Broadford captain Cathal Chaplin has missed most of the season due to injury but the 29-year-old is ready to leave it all on the line this Saturday as his side look to capture intermediate glory.
Chaplin made his first start of the championship in the semi-final against Smith O’Briens and helped his side claw back a tough Killaloe side. Tenacity has been the backbone of this Broadford team all year and it has gotten them out of some sticky situations. Broadford have also never panicked despite trailing in their last three games, a very good trait to possess in a final.
“We have matured an awful lot in the last few years being down in intermediate. I’m the second oldest on the team and I’m not even 30 yet, so it shows the age profile of our squad. The young lads have grown up a lot in the sense of they now realise that even if a game isn’t going our way, we can still put in the work rate and see that we can come out the right side of a battle then.
“Last year against Feakle we really panicked, to be honest. We ended up throwing away the game. Every year is a learning curve for us, and we have learned not to panic from that, and that if we stay in a game then we will get our chance. It’s just about taking those chances then when they present themselves,” Cathal said.
Taken their chances they certainly have. Broadford have left their fans sweat in a many a game this year and Cathal says watching the games was hard, but that not being able to influence the quarter-final against Sixmilebridge was, “absolute torture”.
“We’ve played nice hurling this year, but in saying that, there hasn’t been a puck of a ball in any of the games since we beat Ruan the first day. We will have to improve an awful lot if we want to win
Cathal says that both sides are well aware of each other’s strengths and weaknesses, and despite the fact Broadford got one over on St Joseph’s earlier in the year, it won’t count for much in the final.
“We know each other very well. We played a bit down through the years. They beat us in the 2016 final. I don’t think the game earlier in the year will count for too much. It showed there is nothing between the teams but both teams have improved an awful lot since then. There is never really too much in it when we play,” continued Cathal.
Hurling is the centre of the universe in East Clare and this is definitely true for Broadford, a fact that is not lost on Cathal or his teammates. But Cathal won’t let the pressure of expectation weigh him, or his team down.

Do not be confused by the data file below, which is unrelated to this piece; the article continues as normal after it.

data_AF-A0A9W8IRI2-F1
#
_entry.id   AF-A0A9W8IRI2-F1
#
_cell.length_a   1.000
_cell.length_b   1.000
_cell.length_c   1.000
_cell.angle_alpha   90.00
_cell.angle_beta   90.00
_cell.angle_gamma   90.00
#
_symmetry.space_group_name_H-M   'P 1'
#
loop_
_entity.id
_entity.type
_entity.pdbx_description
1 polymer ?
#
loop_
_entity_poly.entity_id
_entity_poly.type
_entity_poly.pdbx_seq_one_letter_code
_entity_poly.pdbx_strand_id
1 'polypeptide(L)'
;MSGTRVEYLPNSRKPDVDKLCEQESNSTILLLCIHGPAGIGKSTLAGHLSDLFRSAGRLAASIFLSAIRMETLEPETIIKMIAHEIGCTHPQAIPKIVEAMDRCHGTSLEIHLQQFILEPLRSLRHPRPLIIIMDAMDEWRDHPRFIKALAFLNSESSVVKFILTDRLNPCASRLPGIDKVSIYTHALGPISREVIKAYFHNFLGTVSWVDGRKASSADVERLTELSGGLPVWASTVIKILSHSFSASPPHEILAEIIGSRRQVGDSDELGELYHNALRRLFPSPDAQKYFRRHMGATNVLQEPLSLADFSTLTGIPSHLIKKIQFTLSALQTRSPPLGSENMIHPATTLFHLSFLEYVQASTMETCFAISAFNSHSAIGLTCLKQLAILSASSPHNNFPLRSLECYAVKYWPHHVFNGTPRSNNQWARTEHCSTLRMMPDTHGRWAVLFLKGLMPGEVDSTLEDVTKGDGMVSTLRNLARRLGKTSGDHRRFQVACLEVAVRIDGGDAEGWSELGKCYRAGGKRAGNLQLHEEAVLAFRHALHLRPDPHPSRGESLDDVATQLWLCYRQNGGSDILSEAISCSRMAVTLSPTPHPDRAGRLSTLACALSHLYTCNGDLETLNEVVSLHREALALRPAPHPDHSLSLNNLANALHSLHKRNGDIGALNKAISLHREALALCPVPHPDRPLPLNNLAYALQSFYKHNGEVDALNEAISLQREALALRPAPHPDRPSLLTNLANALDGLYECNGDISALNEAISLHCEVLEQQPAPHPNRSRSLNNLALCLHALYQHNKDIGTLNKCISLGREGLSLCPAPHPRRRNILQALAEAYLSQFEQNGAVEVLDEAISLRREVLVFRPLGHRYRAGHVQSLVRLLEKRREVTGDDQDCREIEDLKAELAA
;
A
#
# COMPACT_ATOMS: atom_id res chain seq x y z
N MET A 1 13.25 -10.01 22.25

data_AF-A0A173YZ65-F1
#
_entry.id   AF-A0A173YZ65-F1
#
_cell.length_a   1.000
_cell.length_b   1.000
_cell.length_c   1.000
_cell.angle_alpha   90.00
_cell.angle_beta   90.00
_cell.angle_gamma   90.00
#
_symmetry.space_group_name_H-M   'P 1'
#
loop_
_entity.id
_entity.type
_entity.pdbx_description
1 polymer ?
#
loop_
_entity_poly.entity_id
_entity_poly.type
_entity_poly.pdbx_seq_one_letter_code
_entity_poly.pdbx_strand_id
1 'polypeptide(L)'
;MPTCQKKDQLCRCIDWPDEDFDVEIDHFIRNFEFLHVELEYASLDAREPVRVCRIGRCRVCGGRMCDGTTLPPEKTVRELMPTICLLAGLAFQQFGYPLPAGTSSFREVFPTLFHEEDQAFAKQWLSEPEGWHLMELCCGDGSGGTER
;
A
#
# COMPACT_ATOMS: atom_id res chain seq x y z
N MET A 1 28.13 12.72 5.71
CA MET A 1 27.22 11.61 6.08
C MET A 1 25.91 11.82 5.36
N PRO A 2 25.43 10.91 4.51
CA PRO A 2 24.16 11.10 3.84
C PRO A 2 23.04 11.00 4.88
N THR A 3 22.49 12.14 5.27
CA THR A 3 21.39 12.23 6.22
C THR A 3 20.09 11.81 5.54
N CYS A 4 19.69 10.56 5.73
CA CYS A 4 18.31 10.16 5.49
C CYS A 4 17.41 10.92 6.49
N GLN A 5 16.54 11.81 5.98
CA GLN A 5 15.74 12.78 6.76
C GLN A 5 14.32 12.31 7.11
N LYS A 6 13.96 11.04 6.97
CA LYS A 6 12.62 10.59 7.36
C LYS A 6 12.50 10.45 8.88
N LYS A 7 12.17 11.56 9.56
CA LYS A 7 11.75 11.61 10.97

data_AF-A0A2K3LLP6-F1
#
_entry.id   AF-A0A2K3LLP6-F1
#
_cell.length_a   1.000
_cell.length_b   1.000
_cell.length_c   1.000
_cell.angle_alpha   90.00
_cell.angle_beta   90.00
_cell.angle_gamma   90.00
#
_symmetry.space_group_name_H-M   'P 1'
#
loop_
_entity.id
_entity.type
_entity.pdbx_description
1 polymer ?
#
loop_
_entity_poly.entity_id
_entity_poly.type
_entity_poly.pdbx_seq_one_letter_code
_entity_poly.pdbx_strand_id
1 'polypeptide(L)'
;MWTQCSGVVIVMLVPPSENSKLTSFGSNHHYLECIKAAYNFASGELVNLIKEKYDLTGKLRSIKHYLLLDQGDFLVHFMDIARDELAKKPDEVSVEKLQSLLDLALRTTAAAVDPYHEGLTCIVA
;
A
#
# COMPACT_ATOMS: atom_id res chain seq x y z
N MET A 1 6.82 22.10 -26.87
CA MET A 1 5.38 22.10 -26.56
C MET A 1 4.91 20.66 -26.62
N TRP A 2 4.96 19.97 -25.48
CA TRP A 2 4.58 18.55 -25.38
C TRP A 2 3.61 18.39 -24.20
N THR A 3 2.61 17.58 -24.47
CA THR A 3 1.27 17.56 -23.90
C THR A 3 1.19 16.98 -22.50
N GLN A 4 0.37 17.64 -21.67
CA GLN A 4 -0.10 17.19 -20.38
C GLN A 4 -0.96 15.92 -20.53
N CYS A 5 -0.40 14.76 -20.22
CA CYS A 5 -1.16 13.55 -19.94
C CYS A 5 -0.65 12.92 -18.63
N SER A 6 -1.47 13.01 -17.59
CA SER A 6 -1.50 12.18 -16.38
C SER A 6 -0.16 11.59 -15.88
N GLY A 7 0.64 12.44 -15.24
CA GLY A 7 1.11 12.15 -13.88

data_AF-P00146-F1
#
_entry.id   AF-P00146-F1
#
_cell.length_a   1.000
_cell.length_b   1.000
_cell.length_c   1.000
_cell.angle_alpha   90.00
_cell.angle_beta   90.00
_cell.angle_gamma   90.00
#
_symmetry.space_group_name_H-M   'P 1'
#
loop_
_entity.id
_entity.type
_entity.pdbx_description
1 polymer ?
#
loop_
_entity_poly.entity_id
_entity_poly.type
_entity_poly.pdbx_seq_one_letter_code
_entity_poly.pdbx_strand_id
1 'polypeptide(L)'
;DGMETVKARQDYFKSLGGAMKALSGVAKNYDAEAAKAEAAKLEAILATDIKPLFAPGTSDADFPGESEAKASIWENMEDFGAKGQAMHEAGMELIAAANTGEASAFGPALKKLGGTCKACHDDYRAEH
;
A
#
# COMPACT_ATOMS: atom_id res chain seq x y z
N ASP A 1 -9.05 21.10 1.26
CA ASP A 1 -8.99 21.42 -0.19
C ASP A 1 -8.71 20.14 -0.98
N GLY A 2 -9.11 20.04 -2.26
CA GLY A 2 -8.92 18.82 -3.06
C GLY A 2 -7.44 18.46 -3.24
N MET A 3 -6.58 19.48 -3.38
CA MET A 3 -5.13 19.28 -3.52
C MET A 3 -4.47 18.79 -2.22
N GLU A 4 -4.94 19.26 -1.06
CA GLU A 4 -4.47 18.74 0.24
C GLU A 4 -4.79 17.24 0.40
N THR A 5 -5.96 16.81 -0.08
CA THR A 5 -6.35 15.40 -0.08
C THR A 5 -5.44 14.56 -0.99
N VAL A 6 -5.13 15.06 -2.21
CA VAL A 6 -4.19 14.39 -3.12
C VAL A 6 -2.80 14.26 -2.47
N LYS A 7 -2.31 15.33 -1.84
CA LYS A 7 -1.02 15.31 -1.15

“Hurling is the be all and end all in Broadford. There’s not much else to do out here. It is the focal point. The Minors had a semi-final last weekend and the minute that finished it was all about this Saturday. There will be people down watching us train, just to see what we’re like. It’s great for the young people in the Parish to see us in a final too.
“All we can hope is that we turn up on the day and put in a good performance. Look, if we perform and win it’s great. But, if we perform and are beaten, then it is a stepping-stone for next year, and we’ll try and get back there again. We’ll worry about senior after we win an intermediate, whether it be this year or in the future,” Cathal stated.
Cathal says the difference in the squad this year is the attitude the younger players have brought to the table and how professional they are.
“It is great to see the young lads there. The likes of Paddy Donnellan and such. Paddy doesn’t care who is in front of him, young or old, he wants to be playing ahead of them. The young lads have brought that. Since they won the U-21s at the start of the year, some of them have really kicked on and embraced their chance. I think there are six or seven U-21s that have played intermediate championship this year, that shows you the hunger they have.
“Another dynamic I suppose is all the brothers you have on the team. The Donnellans, there’s me and my two brothers, Stiofáin is our first cousin, the Whelans, the Taylors, the Moloneys etc. It is special to win anything but to win with your brother makes it even better. Craig and I were around when we won the intermediate in 2008, but we haven’t won anything with Darren so it would be really nice to do that,” Cathal finished.